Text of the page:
Help you fuel better

This builds on the previous point. With proper hydration, you can help eliminate the GI issues that can come with it. This allows for faster and more efficient fueling. This is achieved by not overloading your system and using multiple pathways to absorb fluids and carbohydrates.

Aids in recovery

One area that is critical to the recovery process is rehydrating. Rehydrating not only replenishes fluids lost during exercise, but it also aids in replenishing the electrolytes that were also lost. Keep in mind: drinking too much too fast can degrade the potential gains of the workout. Here’s why: over time your body has developed a strong immune system that helps repair itself when it is under the stresses of exercise. Therefore, naturally, your body begins repairing itself, slowly rehydrating, and continuing to hydrate throughout the day.

Editor’s note: recover faster when you follow this long training run recovery timeline from the Austin Marathon!

Nuun Hydration is our Official Hydration partner. Head over to to stock up on your hydration supply and train with what will be on course. Save 25% with the code below!

7 Tips to Help You Run Your Best

These 7 tips will help you run your best and get the most out of training

Run your best when you follow these 7 tips! There are some things that are out of our control, like the weather. But when you execute the things you can control, you truly run your best. These tips are as easy as relaxing while you run and as technical as checking your cadence. Keep these tips in mind when you’re training for the Ascension Seton Austin Marathon.

Runner runs relaxed during the Austin Half Marathon, one of our tips to run your best!

Stay relaxed and keep your body loose during your run.


Sounds simple, but we can unknowingly put a strain on our body in an effort to produce mileage or a certain pace. Really focus on relaxing your body. Unclench your fists and loosen your shoulders and jaw. You can even begin your run or workout at a slightly slower than normal pace to really dial in your breathing. Slowly increasing your heart rate at the beginning will help with relaxation.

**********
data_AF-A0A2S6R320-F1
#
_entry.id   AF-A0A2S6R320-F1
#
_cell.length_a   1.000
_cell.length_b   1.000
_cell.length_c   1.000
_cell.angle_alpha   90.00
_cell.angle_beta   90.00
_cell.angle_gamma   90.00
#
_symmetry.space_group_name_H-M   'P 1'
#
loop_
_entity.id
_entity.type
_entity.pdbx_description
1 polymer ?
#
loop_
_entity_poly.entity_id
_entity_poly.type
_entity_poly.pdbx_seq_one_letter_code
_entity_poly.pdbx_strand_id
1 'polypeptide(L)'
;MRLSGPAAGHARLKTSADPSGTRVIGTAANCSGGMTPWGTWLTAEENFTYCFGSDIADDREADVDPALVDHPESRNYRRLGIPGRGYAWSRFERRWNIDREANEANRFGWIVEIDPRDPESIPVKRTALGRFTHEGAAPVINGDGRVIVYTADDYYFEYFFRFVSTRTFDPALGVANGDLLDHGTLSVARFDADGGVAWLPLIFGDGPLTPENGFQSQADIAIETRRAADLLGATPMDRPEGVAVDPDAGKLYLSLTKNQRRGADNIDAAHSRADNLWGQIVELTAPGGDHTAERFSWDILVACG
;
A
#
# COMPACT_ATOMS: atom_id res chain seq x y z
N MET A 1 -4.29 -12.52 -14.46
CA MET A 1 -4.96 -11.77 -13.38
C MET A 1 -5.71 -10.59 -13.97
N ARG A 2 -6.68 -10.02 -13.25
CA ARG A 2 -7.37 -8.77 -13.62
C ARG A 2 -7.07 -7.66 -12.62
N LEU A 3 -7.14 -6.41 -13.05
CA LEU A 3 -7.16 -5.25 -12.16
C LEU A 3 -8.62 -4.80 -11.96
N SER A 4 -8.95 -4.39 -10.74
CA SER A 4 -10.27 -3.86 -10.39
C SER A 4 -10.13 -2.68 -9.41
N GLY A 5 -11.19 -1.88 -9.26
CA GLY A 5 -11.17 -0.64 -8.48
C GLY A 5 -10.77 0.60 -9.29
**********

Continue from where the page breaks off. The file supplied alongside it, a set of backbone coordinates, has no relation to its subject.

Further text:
Take time off

Listen to your body, whether you suspect an injury or just don’t feel good. The last thing you want is to have something minor become a major issue. If you have to take more than a day or two off, visit a specialist and get checked out. Ascension Seton’s Dr. Martha Pyron specializes in sports performance. If there’s something wrong she’ll diagnose it and help you build a plan to get back to running. 

Get more sleep

Feeling a little sluggish since you’ve increased your mileage? Add one extra minute of sleep per night for every mile you run that week. If you run 30 miles per week, add 30 minutes of sleep. Your body repairs itself when you sleep. Make sure you give your body enough time to do what it needs when you begin asking more of it.

Runners hydrate with nuun at the Austin Marathon expo. Proper hydration is one of our tips to run your best.

People try different nuun hydration flavors at the 2019 Austin Marathon expo.


This might seem like a no-brainer, but it’s extremely vital. At a minimum, you should drink 30-50 ounces every day. The more active the are, the more you should increase that amount. Make sure you have a good balance of water and an electrolyte-infused fluid, like nuun hydration.

Lift weights

Don’t run every day, mix it up. Cross-training is important to prevent overuse injuries. You work your muscles differently and build strength when you lift weights. When lifting weights, focus on a lighter weight with more reps. If you can’t make it to the gym, build your own workout that includes push ups, sit ups, squats, and lunges. Not a fan of lifting weights? Cross-train with these five non-running activities.

Check your cadence

The average runner’s cadence should be 150 steps per minute. You don’t have to count this in your head! Every runner is different, especially if you’re just starting out of have been running all your life. Under Armour makes knowing your cadence seamless. Their bluetooth connected shoes, like the UA HOVR Velociti 2, sends the information from your run directly to their MapMyFitness app. The app even provides personalized coaching tips! Tracking your cadence, mileage, pace, and other running-related data will help you see improvement.

Focus on your stride

This coincides with the first tip to relax. Your stride improves when you relax. Don’t overstride or run on your tippy toes. You want your stride to be smooth and comfortable. This better optimizes the energy your body uses and helps avoid injury.

You will ask more of your body as you increase your mileage. It’s important that you take care of your body. Incorporate these tips so that you can run your best. Do you have a tip that helps you run your best? Let us know on Facebook or Twitter.